Even in defeat, Alcorn State’s Felix Harper is still Braves’ unquestioned leader
He threw two touchdown passes, but it wasn’t enough in a loss to N.C. Central in the Cricket MEAC/SWAC Challenge
ATLANTA – Saturday night, Alcorn State quarterback Felix Harper seemed ready to lead the Braves to their first victory since December 2019. His 20-yard, first-drive touchdown pass to Juan Anthony Jr. against North Carolina Central in the Cricket MEAC/SWAC Challenge seemed to set the stage for offensive fireworks.
“Triggerman,” as he’s nicknamed by his teammates, looked to pick up where he left off in 2019 as the Southwestern Athletic Conference (SWAC) Offensive Player of the Year. His stat line didn’t look bad – two touchdown passes for 154 yards, no interceptions – but N.C. Central won 23-14 behind a consistent running attack and stingy defense.
“[There were] a lot of missed opportunities,” said Harper. “We didn’t come together as a team to get the job done, so we gotta go back and watch it tomorrow and try to see the missed opportunities that we had that we should have made.”
Alcorn State coach Fred McNair agreed. “They competed. They played their butts off. We just gotta take some of the good things that we did and make them better and correct the things we did wrong.”
Harper, who got his nickname because of his ability to release the ball with speed and accuracy, almost didn’t get a chance to play football. His mother, Tamara, wasn’t always for it.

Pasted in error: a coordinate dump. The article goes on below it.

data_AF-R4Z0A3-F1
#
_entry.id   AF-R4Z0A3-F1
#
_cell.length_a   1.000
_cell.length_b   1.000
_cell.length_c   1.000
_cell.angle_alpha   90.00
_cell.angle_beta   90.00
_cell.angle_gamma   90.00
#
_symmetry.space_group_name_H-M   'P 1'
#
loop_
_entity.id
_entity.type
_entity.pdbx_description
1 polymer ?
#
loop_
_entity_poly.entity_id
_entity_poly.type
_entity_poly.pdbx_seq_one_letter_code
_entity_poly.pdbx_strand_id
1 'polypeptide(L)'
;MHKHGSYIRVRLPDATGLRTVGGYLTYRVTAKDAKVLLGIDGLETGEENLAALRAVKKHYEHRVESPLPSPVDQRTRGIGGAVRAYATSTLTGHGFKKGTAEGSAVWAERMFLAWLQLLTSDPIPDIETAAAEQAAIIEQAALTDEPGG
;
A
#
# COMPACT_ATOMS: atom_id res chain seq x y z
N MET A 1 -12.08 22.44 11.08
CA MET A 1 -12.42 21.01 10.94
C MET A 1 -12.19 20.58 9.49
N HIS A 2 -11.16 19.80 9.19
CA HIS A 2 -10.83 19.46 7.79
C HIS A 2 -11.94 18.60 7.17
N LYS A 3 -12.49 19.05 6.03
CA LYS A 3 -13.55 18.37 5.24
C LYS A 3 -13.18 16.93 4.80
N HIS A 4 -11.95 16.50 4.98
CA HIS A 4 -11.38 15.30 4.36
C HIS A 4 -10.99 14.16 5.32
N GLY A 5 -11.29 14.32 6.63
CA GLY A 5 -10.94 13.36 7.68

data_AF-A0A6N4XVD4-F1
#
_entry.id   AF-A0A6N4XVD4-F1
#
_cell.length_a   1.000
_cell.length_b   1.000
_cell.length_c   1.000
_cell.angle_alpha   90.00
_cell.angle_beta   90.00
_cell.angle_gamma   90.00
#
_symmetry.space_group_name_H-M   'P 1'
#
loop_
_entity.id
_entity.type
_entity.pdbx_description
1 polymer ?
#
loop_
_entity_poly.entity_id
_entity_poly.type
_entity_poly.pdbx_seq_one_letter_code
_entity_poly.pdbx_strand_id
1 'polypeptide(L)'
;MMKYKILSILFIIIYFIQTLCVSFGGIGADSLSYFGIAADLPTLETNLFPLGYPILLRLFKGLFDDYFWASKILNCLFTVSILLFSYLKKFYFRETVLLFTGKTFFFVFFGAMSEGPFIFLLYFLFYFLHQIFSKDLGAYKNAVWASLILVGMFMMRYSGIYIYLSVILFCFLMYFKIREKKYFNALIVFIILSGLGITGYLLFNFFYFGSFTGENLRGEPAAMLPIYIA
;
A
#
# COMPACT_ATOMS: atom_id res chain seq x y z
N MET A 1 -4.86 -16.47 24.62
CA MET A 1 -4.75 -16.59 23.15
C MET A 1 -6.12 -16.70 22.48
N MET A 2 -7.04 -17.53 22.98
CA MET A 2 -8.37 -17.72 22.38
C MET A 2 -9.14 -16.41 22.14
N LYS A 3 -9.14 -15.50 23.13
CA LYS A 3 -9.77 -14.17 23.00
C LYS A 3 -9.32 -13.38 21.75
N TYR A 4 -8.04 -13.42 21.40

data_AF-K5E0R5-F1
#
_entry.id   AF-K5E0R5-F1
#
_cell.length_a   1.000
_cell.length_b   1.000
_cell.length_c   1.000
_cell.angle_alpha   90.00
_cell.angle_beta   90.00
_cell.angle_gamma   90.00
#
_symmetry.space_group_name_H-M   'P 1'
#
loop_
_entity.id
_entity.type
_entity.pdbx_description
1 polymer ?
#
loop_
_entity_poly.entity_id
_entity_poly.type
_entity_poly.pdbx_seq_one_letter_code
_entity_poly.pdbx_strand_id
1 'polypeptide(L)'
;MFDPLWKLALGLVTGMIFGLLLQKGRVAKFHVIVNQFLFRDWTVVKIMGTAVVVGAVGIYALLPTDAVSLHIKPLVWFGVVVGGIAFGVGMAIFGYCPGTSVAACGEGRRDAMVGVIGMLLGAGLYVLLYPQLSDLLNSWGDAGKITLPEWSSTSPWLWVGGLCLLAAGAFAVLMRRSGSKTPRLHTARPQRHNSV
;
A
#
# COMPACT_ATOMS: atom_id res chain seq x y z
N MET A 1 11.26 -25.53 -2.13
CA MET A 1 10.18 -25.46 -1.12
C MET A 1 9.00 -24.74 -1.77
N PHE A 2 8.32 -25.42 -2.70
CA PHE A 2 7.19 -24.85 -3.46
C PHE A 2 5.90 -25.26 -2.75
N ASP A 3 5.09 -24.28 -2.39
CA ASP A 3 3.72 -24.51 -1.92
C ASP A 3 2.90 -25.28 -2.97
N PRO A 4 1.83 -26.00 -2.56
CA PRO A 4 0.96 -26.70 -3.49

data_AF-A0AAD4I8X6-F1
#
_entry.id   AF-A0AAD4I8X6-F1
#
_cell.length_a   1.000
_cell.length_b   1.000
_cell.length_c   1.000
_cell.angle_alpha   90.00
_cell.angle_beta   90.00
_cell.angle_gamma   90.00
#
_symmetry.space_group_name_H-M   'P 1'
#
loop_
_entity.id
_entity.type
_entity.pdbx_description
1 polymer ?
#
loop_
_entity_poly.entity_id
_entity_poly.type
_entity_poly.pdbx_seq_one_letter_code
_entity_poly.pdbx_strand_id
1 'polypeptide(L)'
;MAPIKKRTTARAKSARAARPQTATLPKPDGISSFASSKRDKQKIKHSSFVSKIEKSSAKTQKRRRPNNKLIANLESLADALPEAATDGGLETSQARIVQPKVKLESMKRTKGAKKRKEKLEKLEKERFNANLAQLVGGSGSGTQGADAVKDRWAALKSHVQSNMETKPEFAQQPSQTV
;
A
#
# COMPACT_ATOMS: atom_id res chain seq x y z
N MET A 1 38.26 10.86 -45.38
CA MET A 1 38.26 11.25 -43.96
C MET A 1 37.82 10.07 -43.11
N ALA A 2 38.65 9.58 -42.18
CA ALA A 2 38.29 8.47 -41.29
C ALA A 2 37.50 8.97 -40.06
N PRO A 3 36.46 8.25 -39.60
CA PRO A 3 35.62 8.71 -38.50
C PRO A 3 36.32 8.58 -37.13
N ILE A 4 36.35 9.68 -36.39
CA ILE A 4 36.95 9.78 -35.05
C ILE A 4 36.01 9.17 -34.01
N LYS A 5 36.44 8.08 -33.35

“What’s crazy is I didn’t think I wanted him to play football,” she said, “but a friend of ours, like you see [him playing now] was just running around freestyling with other kids at a game and he was, like, you need to put him in football. So we put him in football and it just came naturally as far as throwing and all the stuff that comes with football.”
That natural ability particularly got noticed in high school.
A Fairburn, Georgia, native, Harper was an outstanding quarterback at Creekside High School. By the time he was a senior, he had offers from nine schools, including Army, Campbell, Tennessee-Chattanooga, Eastern Kentucky, Savannah State, South Alabama and Southern Illinois. He finished his high school football career with 10,122 passing yards, a 72% completion percentage, 540 yards rushing and 103 touchdowns.
He is the oldest of three children. His sister, Taylor, plays tennis at Shorter University in Rome, Georgia, and his brother, Fenix, plays football at Creekside High School. “He got a lot of big shoes to fill going to that high school from what I did,” said Harper.
Harper, who is on this season’s watch list for Black College Player of the Year and the Walter Payton Award, entered Alcorn in 2016 and is now a redshirt senior. His senior year of high school, he was named top quarterback of his class at the Army Football prospect camp. Originally, he verbally committed to Army in August 2015, decommitted in December and committed to Alcorn on Jan. 30, 2016. “We’re not military parents or anything. When it boiled down to it, he did not want to dial himself into the requirements of the full military,” said his father, Felixmeuon Harper Sr.